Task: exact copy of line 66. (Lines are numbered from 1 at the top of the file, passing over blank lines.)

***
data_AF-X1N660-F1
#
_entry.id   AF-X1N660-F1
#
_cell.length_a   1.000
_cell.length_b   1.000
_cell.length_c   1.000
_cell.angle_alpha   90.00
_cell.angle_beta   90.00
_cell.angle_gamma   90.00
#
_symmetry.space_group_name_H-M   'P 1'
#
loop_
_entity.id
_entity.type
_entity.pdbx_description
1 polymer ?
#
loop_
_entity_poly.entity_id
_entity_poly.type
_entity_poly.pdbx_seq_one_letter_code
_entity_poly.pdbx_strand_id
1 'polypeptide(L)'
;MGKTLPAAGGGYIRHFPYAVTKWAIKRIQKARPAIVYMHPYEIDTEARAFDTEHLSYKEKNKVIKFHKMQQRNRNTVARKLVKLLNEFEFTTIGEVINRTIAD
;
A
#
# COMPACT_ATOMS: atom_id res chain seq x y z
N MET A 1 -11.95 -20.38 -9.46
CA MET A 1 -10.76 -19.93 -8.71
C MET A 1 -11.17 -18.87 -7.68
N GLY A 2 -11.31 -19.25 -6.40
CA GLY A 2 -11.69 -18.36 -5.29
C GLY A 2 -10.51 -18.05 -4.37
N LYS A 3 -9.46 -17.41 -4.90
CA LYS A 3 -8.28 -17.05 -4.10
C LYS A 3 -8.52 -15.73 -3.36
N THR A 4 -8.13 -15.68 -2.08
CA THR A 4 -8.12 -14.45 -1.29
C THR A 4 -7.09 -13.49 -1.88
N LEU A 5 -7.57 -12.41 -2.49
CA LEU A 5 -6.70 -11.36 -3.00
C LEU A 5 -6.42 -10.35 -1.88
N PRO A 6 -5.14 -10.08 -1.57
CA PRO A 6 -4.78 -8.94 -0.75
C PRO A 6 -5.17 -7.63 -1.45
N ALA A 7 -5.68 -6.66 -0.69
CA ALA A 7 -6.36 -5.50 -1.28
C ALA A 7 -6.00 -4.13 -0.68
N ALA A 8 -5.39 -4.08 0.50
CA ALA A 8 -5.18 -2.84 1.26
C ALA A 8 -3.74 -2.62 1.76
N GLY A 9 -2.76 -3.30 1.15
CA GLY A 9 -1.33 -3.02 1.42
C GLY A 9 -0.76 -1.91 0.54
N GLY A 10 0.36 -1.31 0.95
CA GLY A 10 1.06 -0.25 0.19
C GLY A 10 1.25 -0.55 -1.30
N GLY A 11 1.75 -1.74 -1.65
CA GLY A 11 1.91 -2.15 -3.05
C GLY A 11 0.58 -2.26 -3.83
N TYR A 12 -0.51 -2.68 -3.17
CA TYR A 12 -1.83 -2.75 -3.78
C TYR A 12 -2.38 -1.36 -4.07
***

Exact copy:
C TYR A 12 -2.38 -1.36 -4.07